16 July 2014 - EPHA advocates that Investor State Dispute Settlements (ISDS) should be excluded from the Transatlantic Trade and Investment Partnership (TTIP) Agreement and future trade agreements due to the risks of abuse, and to postpone or delay legislation. The risks for public health policy from ISDS are greater than potential benefits. The Commission should prove that ISDS is justified and that proportionate measures to protect both investment and public health policy can be put in place.
EPHA welcomes the opportunity to take part in this consultation and the efforts DG Trade is making to improve transparency of ISDS. However, EPHA is concerned that the consultation paper’s approach assumed ISDS will be included as a foregone conclusion.
A number of countries are revisiting their approach to ISDS, including Australia, Indonesia, and South Africa. EPHA hopes the consultation will form part of a new EU approach to investment protection. There are also successful Free Trade Agreements without ISDS, such as those recently concluded between Japan-Australia, EU-Korea, and US-Australia.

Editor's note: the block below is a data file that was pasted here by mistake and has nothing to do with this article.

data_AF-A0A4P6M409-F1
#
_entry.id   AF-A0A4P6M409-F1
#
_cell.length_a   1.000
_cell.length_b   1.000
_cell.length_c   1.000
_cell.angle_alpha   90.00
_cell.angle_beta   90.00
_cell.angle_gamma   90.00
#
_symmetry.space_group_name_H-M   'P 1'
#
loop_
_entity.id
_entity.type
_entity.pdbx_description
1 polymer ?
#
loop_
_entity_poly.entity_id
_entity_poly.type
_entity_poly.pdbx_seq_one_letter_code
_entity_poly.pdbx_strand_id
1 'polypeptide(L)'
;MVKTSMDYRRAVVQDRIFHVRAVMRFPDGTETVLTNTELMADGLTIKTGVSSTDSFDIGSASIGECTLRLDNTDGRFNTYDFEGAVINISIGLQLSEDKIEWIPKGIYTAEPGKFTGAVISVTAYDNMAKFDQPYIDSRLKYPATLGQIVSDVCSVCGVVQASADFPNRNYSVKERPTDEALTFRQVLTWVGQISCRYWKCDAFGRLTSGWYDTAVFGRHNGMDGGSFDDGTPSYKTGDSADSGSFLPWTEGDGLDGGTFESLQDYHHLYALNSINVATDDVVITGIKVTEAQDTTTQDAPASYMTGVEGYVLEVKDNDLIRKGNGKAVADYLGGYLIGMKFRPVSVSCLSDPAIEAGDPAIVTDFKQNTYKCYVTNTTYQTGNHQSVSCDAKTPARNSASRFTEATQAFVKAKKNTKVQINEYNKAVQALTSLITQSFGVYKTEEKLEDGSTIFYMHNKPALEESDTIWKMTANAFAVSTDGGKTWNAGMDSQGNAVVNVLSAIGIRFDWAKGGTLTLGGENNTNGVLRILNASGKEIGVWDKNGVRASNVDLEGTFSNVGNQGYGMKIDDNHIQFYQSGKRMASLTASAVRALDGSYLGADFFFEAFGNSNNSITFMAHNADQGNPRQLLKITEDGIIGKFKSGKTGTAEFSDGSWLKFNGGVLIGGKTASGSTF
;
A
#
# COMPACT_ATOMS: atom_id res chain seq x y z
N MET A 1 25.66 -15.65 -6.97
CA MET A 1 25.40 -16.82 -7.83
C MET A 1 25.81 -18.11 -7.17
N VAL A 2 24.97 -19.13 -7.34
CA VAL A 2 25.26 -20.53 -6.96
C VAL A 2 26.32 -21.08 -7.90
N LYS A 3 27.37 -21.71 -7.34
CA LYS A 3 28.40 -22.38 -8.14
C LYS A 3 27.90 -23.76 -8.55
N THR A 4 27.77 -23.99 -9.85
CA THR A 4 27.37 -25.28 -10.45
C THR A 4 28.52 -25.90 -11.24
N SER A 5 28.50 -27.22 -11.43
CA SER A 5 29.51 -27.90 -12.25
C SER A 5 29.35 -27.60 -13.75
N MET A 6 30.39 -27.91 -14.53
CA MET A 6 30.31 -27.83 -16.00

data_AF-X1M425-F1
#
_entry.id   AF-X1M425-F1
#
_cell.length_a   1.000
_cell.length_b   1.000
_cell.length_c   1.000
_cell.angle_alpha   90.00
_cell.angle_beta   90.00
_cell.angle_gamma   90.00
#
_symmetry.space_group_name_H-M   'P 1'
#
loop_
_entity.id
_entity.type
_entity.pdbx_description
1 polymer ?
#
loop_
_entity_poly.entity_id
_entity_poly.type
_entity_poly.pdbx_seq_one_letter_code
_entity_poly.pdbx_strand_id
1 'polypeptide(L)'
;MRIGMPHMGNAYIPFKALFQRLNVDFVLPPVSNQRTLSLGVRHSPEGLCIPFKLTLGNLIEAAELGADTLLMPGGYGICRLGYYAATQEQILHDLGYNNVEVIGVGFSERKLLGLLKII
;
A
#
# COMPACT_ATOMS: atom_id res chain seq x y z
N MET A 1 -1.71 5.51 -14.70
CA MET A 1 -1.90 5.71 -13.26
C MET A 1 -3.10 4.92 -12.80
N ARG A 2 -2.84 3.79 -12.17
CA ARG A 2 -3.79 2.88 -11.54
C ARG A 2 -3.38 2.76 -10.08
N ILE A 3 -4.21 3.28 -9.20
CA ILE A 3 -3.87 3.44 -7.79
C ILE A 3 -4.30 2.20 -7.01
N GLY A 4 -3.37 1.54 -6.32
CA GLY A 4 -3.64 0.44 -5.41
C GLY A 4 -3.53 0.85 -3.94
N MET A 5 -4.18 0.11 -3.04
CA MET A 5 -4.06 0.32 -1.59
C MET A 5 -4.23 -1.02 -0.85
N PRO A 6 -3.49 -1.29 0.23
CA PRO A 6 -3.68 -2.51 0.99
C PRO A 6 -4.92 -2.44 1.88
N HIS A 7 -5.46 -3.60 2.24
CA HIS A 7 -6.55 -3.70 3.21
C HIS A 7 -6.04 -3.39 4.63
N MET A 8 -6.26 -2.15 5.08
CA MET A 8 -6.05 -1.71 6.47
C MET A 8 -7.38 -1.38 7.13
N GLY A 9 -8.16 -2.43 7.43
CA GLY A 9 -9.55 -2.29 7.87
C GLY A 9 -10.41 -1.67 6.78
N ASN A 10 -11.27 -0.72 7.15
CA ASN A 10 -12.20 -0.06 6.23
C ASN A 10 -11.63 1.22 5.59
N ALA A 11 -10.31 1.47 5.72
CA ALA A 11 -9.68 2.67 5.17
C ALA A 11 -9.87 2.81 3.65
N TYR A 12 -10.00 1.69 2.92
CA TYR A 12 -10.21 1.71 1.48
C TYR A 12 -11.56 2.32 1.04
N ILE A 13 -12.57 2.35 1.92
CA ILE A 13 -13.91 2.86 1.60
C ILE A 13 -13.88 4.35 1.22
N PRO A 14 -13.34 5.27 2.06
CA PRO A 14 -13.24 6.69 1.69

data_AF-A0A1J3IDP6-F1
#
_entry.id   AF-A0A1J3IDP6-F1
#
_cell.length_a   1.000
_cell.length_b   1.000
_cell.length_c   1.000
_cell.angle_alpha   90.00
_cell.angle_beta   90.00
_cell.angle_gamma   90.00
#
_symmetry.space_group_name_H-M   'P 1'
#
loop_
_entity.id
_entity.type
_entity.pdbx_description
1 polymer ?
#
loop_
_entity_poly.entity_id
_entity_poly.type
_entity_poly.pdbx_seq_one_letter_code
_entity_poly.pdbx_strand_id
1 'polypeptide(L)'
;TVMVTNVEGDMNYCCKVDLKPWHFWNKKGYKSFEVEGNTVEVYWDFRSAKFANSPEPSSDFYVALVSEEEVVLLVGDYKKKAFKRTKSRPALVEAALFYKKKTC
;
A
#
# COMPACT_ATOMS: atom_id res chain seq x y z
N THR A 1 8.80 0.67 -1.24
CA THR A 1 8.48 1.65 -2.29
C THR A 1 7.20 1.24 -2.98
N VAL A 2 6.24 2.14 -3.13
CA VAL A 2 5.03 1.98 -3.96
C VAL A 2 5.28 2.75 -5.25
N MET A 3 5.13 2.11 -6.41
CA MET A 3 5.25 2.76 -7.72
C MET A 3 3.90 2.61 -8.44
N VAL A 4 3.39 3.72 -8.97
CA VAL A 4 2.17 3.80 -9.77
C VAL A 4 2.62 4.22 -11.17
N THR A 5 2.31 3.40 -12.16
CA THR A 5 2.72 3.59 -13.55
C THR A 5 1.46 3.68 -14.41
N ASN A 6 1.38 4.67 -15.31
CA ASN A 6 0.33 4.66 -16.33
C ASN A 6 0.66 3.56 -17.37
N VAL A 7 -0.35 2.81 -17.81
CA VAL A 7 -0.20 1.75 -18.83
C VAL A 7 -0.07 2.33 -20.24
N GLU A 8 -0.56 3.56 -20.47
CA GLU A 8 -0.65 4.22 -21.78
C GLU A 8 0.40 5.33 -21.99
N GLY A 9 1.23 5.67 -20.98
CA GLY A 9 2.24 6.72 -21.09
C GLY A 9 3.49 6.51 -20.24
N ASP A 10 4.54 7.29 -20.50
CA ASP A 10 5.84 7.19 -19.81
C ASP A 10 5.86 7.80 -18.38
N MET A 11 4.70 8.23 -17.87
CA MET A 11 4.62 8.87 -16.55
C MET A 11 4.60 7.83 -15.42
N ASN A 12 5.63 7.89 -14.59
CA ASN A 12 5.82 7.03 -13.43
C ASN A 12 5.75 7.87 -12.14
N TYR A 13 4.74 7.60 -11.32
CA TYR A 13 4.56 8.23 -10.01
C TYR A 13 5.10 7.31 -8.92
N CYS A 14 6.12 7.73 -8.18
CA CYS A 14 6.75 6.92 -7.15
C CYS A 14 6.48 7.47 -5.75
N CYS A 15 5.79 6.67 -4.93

As outlined in the consultation document, there are other reasons, such as level of investment insurance and political risks that deter countries from arbitrary expropriation.
EPHA would like to highlight that there is a lack of empirical evidence that IIAs increase foreign investment.
Preventing investors from simultaneously pursuing the same claim in domestic courts and via the ISDS mechanism, as proposed here, is critical to making sure that investors are not doubly compensated. However, this limitation does nothing to counter the much more fundamental problem of enabling foreign investors to circumvent domestic laws and courts and directly pursuing claims before ISDS tribunals, as the proposed TTIP investment chapter would allow. This would undermine the validity of US, Member State and European legal systems.
It is crucial that the scope of substantive investment protection provisions recognises: (1) that this conflict exists; and (2) that domestic governments’ sovereign rights to formulate and implement policies that protect public health should, without exception, override the principle of investment protection embodied in the TTIP. National governments should maintain their legal sovereignty and regulatory freedom in public health policy and should not be prevented or disincentivised from introducing policy that aims to protect public health.
Civil society assessments have shown how reforms advocated for by some members of the business community do not address underlying problems with the system. Tinkering around with Investor State Dispute Settlement is out of step with the international consensus calling for deep reforms.